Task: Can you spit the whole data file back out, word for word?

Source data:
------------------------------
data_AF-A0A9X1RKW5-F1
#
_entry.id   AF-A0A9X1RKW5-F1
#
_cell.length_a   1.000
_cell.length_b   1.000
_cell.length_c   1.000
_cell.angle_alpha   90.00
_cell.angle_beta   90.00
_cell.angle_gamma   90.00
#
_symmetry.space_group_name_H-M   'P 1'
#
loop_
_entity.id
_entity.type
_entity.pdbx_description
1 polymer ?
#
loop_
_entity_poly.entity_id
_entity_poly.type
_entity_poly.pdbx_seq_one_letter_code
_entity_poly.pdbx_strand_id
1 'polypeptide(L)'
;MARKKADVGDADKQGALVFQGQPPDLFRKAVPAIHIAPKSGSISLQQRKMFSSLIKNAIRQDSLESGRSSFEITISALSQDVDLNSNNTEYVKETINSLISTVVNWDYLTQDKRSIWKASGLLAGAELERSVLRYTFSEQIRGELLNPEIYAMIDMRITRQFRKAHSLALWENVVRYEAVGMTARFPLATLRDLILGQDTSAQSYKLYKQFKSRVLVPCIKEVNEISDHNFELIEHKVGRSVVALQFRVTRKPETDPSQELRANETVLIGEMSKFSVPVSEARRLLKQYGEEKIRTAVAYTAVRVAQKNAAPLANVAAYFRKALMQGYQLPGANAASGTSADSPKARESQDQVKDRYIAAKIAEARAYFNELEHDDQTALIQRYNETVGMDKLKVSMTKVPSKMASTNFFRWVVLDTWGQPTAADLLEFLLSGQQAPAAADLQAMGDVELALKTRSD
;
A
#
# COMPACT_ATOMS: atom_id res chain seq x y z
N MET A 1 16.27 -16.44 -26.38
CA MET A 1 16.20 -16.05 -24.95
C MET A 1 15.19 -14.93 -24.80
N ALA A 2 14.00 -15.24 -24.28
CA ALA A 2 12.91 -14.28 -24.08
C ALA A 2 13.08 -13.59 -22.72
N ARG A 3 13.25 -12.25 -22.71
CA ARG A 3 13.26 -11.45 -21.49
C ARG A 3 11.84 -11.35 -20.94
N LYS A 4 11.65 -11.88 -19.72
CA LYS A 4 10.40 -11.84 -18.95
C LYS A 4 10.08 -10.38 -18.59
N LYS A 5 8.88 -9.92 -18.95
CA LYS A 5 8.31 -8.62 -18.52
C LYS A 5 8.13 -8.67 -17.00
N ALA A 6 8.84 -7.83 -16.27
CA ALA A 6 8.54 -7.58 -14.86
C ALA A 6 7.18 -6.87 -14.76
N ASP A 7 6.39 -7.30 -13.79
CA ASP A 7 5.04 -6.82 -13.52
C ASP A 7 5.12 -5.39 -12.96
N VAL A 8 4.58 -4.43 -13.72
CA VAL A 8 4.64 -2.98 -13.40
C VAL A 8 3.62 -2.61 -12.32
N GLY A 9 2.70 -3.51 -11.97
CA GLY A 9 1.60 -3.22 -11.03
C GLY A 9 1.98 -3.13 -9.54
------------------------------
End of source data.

data_AF-A0A9X1RKW5-F1
#
_entry.id   AF-A0A9X1RKW5-F1
#
_cell.length_a   1.000
_cell.length_b   1.000
_cell.length_c   1.000
_cell.angle_alpha   90.00
_cell.angle_beta   90.00
_cell.angle_gamma   90.00
#
_symmetry.space_group_name_H-M   'P 1'
#
loop_
_entity.id
_entity.type
_entity.pdbx_description
1 polymer ?
#
loop_
_entity_poly.entity_id
_entity_poly.type
_entity_poly.pdbx_seq_one_letter_code
_entity_poly.pdbx_strand_id
1 'polypeptide(L)'
;MARKKADVGDADKQGALVFQGQPPDLFRKAVPAIHIAPKSGSISLQQRKMFSSLIKNAIRQDSLESGRSSFEITISALSQDVDLNSNNTEYVKETINSLISTVVNWDYLTQDKRSIWKASGLLAGAELERSVLRYTFSEQIRGELLNPEIYAMIDMRITRQFRKAHSLALWENVVRYEAVGMTARFPLATLRDLILGQDTSAQSYKLYKQFKSRVLVPCIKEVNEISDHNFELIEHKVGRSVVALQFRVTRKPETDPSQELRANETVLIGEMSKFSVPVSEARRLLKQYGEEKIRTAVAYTAVRVAQKNAAPLANVAAYFRKALMQGYQLPGANAASGTSADSPKARESQDQVKDRYIAAKIAEARAYFNELEHDDQTALIQRYNETVGMDKLKVSMTKVPSKMASTNFFRWVVLDTWGQPTAADLLEFLLSGQQAPAAADLQAMGDVELALKTRSD
;
A
#
# COMPACT_ATOMS: atom_id res chain seq x y z
N MET A 1 16.27 -16.44 -26.38
CA MET A 1 16.20 -16.05 -24.95
C MET A 1 15.19 -14.93 -24.80
N ALA A 2 14.00 -15.24 -24.28
CA ALA A 2 12.91 -14.28 -24.08
C ALA A 2 13.08 -13.59 -22.72
N ARG A 3 13.25 -12.25 -22.71
CA ARG A 3 13.26 -11.45 -21.49
C ARG A 3 11.84 -11.35 -20.94
N LYS A 4 11.65 -11.88 -19.72
CA LYS A 4 10.40 -11.84 -18.95
C LYS A 4 10.08 -10.38 -18.59
N LYS A 5 8.88 -9.92 -18.95
CA LYS A 5 8.31 -8.62 -18.52
C LYS A 5 8.13 -8.67 -17.00
N ALA A 6 8.84 -7.83 -16.27
CA ALA A 6 8.54 -7.58 -14.86
C ALA A 6 7.18 -6.87 -14.76
N ASP A 7 6.39 -7.30 -13.79
CA ASP A 7 5.04 -6.82 -13.52
C ASP A 7 5.12 -5.39 -12.96
N VAL A 8 4.58 -4.43 -13.72
CA VAL A 8 4.64 -2.98 -13.40
C VAL A 8 3.62 -2.61 -12.32
N GLY A 9 2.70 -3.51 -11.97
CA GLY A 9 1.60 -3.22 -11.03
C GLY A 9 1.98 -3.13 -9.54